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The body is constantly battling against foreign agents, like bacteria, viruses and fungi, which come from the outside world and also from within the body itself.

The first lines of defense the body has for creating an immune response are the skin, stomach acid, mucosa and the cilia found along our respiratory pathways.

But if these barriers are crossed by pathogen agents, our body’s immune defenses can destroy them. There are two ways of reacting to such an attack:
Innate immune response. We count with this response since birth. The cells in charge of carrying it out are called phagocytes, and they are split into the following types: neutrophils, macrophages and dendritic cells (DC’s). Neutrophils allow blood to reach tissues once an infection or inflammation has already begun; macrophages circulate through the blood and in body tissues and attack any foreign agent that enters the body, as well as tissue waste matter. Natural killer cells (NK’s) also participate in this type of response. They attack a wide variety of tumors and cells infected by viruses. Finally, we have dendritic cells, which phagocytize antigens of pathogen agents from the inside and make them known to the immune system. This is the main point of transition between the innate immune response and the adaptive immune response.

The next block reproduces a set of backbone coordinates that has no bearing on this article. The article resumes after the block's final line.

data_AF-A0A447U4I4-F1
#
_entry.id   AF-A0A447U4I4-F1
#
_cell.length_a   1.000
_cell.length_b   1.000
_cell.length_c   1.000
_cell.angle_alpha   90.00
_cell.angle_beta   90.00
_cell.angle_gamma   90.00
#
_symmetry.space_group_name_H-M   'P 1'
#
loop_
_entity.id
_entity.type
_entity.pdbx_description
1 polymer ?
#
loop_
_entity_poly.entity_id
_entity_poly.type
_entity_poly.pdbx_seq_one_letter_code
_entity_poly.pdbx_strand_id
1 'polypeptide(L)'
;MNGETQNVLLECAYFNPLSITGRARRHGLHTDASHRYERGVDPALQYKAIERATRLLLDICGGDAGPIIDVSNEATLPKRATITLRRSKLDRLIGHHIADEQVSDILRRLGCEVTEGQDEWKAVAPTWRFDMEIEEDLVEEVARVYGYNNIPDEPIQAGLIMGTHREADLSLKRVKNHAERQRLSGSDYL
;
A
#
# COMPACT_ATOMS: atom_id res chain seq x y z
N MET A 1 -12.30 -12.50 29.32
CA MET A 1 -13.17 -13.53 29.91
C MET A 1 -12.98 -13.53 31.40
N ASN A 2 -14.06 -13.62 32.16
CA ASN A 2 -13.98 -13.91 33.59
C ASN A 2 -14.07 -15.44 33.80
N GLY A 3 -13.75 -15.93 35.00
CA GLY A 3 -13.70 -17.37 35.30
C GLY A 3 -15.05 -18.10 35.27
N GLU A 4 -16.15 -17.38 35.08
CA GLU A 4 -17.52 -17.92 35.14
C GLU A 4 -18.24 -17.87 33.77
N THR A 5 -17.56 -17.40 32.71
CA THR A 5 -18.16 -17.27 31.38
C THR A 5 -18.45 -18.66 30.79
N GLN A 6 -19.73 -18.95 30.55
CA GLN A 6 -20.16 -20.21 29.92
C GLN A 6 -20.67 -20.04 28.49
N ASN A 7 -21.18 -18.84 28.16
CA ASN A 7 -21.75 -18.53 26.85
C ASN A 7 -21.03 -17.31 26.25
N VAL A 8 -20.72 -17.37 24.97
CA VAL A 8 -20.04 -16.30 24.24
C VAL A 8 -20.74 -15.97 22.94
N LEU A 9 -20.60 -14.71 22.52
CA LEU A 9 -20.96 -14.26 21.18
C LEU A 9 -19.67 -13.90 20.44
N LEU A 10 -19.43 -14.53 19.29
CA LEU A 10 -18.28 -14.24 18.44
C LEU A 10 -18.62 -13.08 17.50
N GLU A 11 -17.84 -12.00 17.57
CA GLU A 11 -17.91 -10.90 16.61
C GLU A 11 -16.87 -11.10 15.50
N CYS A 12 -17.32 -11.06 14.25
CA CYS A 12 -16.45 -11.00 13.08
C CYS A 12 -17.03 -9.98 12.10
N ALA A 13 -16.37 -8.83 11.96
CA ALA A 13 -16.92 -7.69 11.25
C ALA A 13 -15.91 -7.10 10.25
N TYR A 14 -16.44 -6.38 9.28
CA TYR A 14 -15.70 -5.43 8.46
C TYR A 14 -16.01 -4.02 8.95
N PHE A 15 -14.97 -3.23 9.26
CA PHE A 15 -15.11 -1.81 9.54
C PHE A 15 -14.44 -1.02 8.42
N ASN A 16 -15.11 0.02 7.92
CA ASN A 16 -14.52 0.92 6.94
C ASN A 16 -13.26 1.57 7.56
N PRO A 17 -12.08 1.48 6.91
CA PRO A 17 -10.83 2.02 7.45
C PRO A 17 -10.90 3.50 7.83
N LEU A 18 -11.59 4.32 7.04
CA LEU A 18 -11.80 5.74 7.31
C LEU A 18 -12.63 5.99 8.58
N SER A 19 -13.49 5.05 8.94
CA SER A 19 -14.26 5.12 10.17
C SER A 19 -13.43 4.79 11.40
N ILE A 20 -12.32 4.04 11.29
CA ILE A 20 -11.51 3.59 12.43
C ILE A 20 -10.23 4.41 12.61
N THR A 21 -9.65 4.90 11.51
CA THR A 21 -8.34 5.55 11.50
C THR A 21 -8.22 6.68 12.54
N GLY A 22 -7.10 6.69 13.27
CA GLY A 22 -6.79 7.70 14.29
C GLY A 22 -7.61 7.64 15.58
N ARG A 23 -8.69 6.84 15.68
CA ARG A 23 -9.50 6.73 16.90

Adaptive or acquired immune response. It is acquired after a few days go by as a consequence of the body’s exposure to pathogens and substances that are found in our surroundings. It acts against antigens that have already begun and developed an immune response. Cells known as lymphocytes participate in this process (a type of white blood cell that is responsible for immune responses). There are two types of lymphocytes: B lymphocytes (or B cells, which are born and mature in bone marrow; they produce antibodies) and T lymphocytes (or T cells, which develop in the thymus and attack cells affected by a pathogen from the inside; for example, cells affected by a virus). There are two kinds of specific immune response: cellular and humoral.